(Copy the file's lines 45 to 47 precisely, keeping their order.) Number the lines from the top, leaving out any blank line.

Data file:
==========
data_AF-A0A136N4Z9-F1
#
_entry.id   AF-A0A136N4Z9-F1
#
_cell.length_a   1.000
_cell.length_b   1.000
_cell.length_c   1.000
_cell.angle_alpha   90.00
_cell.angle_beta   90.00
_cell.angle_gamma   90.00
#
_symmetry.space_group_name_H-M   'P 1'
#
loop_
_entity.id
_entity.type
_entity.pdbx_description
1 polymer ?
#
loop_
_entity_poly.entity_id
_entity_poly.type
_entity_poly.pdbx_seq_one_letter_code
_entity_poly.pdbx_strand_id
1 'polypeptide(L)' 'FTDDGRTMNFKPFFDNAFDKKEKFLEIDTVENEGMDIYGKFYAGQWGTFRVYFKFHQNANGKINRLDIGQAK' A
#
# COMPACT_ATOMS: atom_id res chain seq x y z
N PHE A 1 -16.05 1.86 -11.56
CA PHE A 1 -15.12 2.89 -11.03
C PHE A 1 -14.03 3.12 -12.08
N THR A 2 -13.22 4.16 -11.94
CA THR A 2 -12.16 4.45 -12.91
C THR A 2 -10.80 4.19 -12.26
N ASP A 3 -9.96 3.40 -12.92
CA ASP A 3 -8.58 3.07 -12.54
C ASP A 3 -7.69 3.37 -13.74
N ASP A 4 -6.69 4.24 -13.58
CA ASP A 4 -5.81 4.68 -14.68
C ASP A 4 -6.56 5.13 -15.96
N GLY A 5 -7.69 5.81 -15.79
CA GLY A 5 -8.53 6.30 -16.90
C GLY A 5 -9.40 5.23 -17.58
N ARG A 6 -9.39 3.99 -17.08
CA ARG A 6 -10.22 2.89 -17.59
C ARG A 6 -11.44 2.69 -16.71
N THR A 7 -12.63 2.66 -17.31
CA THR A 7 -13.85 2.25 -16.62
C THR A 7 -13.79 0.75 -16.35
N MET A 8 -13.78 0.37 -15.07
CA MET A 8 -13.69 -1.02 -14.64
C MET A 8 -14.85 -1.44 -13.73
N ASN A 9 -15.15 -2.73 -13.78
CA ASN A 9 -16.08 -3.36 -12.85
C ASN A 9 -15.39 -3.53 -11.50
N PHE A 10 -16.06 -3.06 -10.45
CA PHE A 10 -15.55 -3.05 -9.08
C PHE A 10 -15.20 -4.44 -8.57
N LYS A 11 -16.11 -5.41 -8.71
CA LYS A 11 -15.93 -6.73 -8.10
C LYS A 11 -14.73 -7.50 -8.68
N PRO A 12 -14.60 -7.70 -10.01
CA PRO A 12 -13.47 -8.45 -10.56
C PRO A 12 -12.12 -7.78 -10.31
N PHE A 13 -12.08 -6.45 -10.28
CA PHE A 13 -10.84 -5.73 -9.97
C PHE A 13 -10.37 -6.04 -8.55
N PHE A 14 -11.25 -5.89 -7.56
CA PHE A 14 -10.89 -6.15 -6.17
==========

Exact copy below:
C ARG A 6 -11.44 2.69 -16.71
N THR A 7 -12.63 2.66 -17.31
CA THR A 7 -13.85 2.25 -16.62